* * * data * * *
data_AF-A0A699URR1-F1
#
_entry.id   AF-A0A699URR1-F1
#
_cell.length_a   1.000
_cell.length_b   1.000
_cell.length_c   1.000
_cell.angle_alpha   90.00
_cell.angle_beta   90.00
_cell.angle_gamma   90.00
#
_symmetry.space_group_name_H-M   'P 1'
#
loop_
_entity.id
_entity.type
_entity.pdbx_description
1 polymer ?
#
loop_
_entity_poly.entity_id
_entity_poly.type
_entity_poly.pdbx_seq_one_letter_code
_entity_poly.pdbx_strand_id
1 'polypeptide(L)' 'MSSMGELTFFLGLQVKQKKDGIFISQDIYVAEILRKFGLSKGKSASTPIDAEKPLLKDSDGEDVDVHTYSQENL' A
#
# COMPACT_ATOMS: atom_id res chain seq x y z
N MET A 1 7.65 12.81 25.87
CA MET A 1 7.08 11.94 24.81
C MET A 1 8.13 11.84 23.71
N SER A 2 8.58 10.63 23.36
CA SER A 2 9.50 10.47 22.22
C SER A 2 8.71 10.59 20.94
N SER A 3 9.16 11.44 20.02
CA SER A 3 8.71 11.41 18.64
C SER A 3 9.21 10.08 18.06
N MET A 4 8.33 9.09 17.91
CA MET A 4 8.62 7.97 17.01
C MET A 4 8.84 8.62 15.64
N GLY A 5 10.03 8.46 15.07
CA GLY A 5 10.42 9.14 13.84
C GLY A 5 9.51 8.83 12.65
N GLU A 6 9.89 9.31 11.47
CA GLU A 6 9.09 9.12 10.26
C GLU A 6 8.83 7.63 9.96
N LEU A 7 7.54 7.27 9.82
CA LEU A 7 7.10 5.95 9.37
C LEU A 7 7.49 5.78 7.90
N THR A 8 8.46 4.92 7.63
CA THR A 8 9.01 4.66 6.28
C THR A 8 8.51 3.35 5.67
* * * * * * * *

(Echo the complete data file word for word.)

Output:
data_AF-A0A699URR1-F1
#
_entry.id   AF-A0A699URR1-F1
#
_cell.length_a   1.000
_cell.length_b   1.000
_cell.length_c   1.000
_cell.angle_alpha   90.00
_cell.angle_beta   90.00
_cell.angle_gamma   90.00
#
_symmetry.space_group_name_H-M   'P 1'
#
loop_
_entity.id
_entity.type
_entity.pdbx_description
1 polymer ?
#
loop_
_entity_poly.entity_id
_entity_poly.type
_entity_poly.pdbx_seq_one_letter_code
_entity_poly.pdbx_strand_id
1 'polypeptide(L)' 'MSSMGELTFFLGLQVKQKKDGIFISQDIYVAEILRKFGLSKGKSASTPIDAEKPLLKDSDGEDVDVHTYSQENL' A
#
# COMPACT_ATOMS: atom_id res chain seq x y z
N MET A 1 7.65 12.81 25.87
CA MET A 1 7.08 11.94 24.81
C MET A 1 8.13 11.84 23.71
N SER A 2 8.58 10.63 23.36
CA SER A 2 9.50 10.47 22.22
C SER A 2 8.71 10.59 20.94
N SER A 3 9.16 11.44 20.02
CA SER A 3 8.71 11.41 18.64
C SER A 3 9.21 10.08 18.06
N MET A 4 8.33 9.09 17.91
CA MET A 4 8.62 7.97 17.01
C MET A 4 8.84 8.62 15.64
N GLY A 5 10.03 8.46 15.07
CA GLY A 5 10.42 9.14 13.84
C GLY A 5 9.51 8.83 12.65
N GLU A 6 9.89 9.31 11.47
CA GLU A 6 9.09 9.12 10.26
C GLU A 6 8.83 7.63 9.96
N LEU A 7 7.54 7.27 9.82
CA LEU A 7 7.10 5.95 9.37
C LEU A 7 7.49 5.78 7.90
N THR A 8 8.46 4.92 7.63
CA THR A 8 9.01 4.66 6.28
C THR A 8 8.51 3.35 5.67